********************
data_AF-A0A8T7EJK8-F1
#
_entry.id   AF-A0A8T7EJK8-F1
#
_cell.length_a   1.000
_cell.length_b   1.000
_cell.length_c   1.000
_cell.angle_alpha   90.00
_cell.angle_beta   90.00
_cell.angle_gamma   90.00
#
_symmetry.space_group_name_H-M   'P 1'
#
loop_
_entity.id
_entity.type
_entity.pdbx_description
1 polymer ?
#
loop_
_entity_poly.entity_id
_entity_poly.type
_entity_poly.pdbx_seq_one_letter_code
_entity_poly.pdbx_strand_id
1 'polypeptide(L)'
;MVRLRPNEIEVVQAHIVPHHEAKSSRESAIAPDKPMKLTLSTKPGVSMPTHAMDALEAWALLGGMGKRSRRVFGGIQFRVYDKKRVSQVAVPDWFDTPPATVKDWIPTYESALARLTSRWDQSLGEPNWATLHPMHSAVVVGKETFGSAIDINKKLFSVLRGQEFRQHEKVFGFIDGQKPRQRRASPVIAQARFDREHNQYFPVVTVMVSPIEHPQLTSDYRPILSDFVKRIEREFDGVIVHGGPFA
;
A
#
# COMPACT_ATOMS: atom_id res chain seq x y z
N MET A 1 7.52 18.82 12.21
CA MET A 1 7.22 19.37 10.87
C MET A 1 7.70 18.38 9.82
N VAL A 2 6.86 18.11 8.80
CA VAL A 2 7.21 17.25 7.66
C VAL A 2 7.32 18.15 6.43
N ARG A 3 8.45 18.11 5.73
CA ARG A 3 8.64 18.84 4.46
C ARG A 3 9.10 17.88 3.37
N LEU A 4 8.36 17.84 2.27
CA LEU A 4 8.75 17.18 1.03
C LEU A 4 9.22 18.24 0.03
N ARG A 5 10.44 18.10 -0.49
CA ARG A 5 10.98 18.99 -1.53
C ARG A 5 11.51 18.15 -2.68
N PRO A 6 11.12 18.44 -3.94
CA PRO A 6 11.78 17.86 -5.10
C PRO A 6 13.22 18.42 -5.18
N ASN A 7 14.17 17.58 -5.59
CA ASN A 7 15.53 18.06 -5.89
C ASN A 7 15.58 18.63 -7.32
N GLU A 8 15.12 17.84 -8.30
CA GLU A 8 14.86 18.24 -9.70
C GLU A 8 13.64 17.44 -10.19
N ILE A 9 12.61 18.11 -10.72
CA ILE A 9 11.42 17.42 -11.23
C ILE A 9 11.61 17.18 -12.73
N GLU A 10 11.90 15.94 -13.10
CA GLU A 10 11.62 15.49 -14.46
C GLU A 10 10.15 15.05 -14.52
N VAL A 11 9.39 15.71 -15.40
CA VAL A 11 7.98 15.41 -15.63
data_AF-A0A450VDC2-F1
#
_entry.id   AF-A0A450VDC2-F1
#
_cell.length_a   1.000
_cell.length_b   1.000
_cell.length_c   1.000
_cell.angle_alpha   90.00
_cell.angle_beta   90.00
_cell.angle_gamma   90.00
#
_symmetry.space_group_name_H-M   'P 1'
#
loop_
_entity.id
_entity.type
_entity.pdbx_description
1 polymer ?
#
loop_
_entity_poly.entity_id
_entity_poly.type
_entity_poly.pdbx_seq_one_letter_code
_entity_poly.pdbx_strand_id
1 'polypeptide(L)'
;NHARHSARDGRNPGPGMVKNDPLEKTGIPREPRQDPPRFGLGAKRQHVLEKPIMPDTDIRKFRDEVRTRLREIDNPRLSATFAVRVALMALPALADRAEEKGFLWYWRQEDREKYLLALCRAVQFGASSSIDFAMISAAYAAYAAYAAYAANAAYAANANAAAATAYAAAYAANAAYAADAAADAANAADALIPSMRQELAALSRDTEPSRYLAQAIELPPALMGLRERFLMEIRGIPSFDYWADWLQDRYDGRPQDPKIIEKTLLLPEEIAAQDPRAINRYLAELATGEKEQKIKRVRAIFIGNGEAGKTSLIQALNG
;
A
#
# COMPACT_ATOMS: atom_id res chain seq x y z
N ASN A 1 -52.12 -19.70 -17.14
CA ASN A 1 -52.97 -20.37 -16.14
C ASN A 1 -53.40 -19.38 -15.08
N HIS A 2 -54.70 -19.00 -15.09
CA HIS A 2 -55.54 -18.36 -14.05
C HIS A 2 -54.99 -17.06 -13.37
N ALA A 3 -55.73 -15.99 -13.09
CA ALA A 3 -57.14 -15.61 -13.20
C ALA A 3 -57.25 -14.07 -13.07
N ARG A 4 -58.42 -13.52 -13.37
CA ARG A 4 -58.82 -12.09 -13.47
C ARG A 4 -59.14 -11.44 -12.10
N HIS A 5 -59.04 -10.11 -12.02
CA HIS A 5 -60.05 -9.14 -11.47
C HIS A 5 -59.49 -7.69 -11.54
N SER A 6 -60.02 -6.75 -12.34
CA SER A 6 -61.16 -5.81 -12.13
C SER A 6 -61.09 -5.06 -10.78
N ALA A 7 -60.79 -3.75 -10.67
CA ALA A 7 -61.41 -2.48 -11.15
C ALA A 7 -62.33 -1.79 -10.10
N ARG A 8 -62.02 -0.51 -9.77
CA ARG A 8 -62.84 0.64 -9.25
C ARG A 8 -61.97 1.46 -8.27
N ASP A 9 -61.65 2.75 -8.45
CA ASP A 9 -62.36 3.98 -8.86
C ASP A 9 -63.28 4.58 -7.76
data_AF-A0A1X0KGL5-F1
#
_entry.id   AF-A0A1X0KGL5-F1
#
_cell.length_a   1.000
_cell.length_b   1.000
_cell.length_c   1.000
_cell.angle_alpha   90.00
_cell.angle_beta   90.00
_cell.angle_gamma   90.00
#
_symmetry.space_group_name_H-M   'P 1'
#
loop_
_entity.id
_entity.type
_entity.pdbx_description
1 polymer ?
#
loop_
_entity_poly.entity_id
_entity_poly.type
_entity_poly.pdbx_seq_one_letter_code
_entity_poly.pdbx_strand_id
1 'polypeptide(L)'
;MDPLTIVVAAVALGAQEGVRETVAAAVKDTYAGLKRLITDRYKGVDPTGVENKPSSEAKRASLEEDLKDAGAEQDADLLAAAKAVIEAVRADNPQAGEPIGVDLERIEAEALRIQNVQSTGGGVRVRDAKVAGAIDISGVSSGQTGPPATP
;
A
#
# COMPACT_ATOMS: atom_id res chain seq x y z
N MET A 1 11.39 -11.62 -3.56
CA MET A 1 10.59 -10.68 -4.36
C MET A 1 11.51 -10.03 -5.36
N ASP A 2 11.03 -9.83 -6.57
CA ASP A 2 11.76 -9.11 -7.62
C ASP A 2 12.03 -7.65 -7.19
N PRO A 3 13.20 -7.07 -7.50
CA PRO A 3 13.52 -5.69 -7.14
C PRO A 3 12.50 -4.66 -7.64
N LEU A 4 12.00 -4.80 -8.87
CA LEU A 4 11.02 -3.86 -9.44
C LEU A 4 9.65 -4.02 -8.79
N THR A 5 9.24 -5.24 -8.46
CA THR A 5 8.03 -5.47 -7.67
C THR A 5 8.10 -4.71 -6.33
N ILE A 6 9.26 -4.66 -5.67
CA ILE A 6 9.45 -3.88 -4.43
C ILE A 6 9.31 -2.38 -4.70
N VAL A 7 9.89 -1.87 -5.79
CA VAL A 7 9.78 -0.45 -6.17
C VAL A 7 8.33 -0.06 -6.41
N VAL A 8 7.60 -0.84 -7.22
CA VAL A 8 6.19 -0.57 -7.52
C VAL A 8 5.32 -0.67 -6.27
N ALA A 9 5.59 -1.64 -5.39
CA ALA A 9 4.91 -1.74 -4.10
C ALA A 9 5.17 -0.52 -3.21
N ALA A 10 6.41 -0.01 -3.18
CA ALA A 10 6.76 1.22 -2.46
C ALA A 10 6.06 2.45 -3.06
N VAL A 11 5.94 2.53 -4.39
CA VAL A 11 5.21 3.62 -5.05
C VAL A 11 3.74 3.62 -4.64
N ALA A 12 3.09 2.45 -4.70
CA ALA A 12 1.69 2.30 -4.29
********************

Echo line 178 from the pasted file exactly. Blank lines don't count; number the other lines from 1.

CA ALA A 10 6.76 1.22 -2.46